Kim McMunn, staff surgeon at Wildcat Creek Wildlife Center (WCWC) in Delphi, suits up in shoulder-length gloves. She collects a small, portable container with air holes and a caged front. With an assistant, she heads for a large, open pen where her patient, a young female bald eagle, is rehabilitating.

The eagle doesn't like to be disturbed, but progress on her ailments needs to be recorded. A rock-hard beak and sharp talons are essential for a bald eagle to hunt, but they can also be used for defense, sometimes against well-meaning people. And they have enough power to penetrate skin. Gloves are good protection, but they aren't impenetrable.

McMunn has been scratched before.

"It's a challenge in general," McMunn said about taking care of eagles. "They are physically powerful birds, and it's hard to handle one safely."

McMunn slowly enters the pen, followed by her colleague. The area's large size makes it ideal for raptor rehabilitation, because it has enough room for the birds to spread their wings and test their strength.

But the pen's size also makes it harder for McMunn to catch her patient.

McMunn gets closer, and the assistant enters behind her with a large towel. The eagle has done this dance before and moves away. But McMunn is determined.

She pounces, like the eagle might when ambushing prey. She grabs the eagle near the back and holds her steady. Her assistant covers the eagle with the towel.

They put the bird in the container and inject it with a sedative.

It's ready for the X-ray.

Cutline: Carol Blacketer, registered veterinary technician, spreads the eagle's wings as McMunn performs an initial health assessment; the eagle was under general anesthesia during the exam.

To read the rest of this article subscribe to Outdoor Indiana or pick up a copy at most Barnes and Noble bookstores, and state park inns. To subscribe, click here or call (317) 233-3046.

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STICKY SITUATION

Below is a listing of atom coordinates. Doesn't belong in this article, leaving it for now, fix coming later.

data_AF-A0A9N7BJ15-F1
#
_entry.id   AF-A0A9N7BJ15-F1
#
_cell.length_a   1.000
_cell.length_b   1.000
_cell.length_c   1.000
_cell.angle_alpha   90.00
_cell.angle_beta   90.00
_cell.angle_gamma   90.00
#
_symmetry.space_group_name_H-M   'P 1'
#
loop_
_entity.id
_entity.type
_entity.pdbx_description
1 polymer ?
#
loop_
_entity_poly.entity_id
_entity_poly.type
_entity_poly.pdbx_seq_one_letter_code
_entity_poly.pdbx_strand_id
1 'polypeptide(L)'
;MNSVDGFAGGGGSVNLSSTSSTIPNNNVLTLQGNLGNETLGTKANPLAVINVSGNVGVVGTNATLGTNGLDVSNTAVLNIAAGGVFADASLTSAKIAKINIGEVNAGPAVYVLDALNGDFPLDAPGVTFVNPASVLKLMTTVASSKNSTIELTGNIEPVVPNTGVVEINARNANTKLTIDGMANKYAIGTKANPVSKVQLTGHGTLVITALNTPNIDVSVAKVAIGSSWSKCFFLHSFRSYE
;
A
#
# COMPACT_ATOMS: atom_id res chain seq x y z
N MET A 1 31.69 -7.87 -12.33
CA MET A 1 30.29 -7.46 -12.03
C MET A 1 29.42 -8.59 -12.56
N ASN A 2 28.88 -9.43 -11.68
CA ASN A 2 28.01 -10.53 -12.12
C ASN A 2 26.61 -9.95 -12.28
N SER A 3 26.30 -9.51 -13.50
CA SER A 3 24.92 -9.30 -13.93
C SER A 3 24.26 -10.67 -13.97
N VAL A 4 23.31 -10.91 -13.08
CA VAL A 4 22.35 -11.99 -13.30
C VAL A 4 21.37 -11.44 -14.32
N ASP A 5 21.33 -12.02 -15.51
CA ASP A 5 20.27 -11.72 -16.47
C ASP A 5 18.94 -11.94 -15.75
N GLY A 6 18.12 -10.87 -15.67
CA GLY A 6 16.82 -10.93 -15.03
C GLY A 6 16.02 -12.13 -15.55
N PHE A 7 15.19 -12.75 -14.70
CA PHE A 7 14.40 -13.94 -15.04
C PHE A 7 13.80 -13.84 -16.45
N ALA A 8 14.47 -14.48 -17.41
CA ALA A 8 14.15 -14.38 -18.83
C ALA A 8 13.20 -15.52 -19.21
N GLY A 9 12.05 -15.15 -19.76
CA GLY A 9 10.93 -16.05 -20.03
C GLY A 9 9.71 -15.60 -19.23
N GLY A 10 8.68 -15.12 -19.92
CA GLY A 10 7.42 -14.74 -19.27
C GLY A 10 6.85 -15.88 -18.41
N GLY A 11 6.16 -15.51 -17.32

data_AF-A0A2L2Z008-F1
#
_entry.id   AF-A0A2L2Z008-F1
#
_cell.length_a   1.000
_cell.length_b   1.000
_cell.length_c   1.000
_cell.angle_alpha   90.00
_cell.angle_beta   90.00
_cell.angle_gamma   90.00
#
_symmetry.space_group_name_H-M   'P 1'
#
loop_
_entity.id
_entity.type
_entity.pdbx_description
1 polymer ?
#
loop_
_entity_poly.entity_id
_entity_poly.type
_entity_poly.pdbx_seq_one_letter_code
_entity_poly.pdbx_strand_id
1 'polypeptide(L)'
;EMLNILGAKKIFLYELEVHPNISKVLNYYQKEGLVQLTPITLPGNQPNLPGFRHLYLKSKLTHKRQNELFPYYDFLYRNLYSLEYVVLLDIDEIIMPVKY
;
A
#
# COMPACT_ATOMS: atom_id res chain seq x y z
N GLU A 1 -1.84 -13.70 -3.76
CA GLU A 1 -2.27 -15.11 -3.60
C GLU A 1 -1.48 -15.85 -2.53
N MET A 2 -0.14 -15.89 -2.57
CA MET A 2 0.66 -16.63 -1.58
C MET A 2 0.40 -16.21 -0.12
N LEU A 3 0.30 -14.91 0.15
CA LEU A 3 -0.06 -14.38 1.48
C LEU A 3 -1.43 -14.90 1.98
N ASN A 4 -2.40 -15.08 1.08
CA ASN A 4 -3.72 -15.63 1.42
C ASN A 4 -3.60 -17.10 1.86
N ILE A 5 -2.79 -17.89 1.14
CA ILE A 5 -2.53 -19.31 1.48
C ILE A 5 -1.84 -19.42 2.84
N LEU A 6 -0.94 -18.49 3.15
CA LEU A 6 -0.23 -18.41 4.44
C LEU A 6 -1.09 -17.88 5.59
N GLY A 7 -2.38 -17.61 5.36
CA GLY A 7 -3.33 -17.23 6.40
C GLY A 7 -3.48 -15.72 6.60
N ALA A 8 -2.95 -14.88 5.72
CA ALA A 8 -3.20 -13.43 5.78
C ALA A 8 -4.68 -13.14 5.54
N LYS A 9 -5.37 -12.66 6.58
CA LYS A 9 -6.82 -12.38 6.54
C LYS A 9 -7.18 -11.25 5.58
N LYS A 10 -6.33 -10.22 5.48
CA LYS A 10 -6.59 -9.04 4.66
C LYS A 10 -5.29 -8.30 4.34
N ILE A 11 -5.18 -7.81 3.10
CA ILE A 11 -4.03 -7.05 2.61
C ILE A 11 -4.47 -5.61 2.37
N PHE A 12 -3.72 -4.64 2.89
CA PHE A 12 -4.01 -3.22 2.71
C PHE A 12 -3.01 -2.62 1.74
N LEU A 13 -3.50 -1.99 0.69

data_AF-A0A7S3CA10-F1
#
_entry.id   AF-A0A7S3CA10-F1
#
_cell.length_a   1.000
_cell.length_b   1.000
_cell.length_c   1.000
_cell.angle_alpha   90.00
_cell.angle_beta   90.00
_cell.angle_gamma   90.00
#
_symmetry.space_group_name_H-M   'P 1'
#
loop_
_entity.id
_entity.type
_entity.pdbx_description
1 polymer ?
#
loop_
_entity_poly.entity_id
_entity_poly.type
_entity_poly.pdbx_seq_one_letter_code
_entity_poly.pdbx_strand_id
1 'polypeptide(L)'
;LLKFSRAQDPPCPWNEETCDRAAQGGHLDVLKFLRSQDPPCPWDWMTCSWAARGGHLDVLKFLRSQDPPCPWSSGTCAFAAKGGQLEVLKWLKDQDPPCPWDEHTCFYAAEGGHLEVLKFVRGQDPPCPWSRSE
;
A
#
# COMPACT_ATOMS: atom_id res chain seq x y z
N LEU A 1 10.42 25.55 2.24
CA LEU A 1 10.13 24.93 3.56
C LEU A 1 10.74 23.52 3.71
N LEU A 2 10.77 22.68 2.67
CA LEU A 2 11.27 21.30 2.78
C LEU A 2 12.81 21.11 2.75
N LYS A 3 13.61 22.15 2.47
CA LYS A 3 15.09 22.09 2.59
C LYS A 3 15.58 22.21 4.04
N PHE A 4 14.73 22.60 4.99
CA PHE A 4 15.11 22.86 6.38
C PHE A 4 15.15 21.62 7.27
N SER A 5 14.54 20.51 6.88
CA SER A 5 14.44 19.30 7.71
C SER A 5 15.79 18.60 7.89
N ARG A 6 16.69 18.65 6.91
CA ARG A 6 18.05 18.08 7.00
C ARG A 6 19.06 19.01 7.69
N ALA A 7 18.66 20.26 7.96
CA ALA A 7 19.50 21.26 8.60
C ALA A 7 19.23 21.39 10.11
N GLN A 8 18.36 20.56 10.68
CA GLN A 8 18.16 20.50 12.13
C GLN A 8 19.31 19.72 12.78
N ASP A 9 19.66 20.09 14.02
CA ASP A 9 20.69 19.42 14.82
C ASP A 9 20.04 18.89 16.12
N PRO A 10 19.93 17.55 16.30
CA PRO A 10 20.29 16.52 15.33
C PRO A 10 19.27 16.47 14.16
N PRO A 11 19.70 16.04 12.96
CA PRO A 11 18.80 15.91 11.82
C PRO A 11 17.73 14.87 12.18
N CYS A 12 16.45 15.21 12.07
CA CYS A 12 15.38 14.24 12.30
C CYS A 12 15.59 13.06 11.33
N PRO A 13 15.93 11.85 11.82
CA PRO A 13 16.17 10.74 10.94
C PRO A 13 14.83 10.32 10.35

Sticktights are annoying but necessary
By Morgan Sussman
Photography by Frank Oliver

Cocklebur (Xanthium strumarium) is at home growing along stream banks, roadsides, and farm fields.Almost anyone who enjoys the outdoors knows to expect and prepare for bugs when heading outside.

But one thing most hunters, anglers, and hikers aren't ready for is sticktights.

And for Purdue alumna Josey Cline, a former Marion County resident, the results were less than pleasant.

"I was prepared for hot weather and no air flow," Cline said. "It was last September and I was at a forested property near campus for one of my undergraduate labs."

Almost everything beneath the trees was burrs. Nearly instantly, she was covered in hundreds, possibly thousands, of them.

"I could ball up my pants and they would stay in a ball, and it hurt," she said. "They were stuck on so tight that I had to waddle back to the car to avoid more poking."

Most outdoorsy types likely have a similar tale.

Sticktights don't discriminate. They attach to people, pets, and wildlife alike.

"Some of the guys even had them stuck in their arm hair," Cline said.

But what exactly are these annoying ... things?

It turns out apples, oranges, and burrs have something in common.

"Most sticktights are fruits," said Mike Homoya, now-retired botanist for the DNR Division of Nature Preserves. "The barbed outside is the skin and the seed is inside."

Cutline: Cocklebur (Xanthium strumarium) is at home growing along stream banks, roadsides, and farm fields.

To read the rest of this article subscribe to Outdoor Indiana or pick up a copy at most Barnes and Noble bookstores, and state park inns. To subscribe, click here or call (317) 233-3046.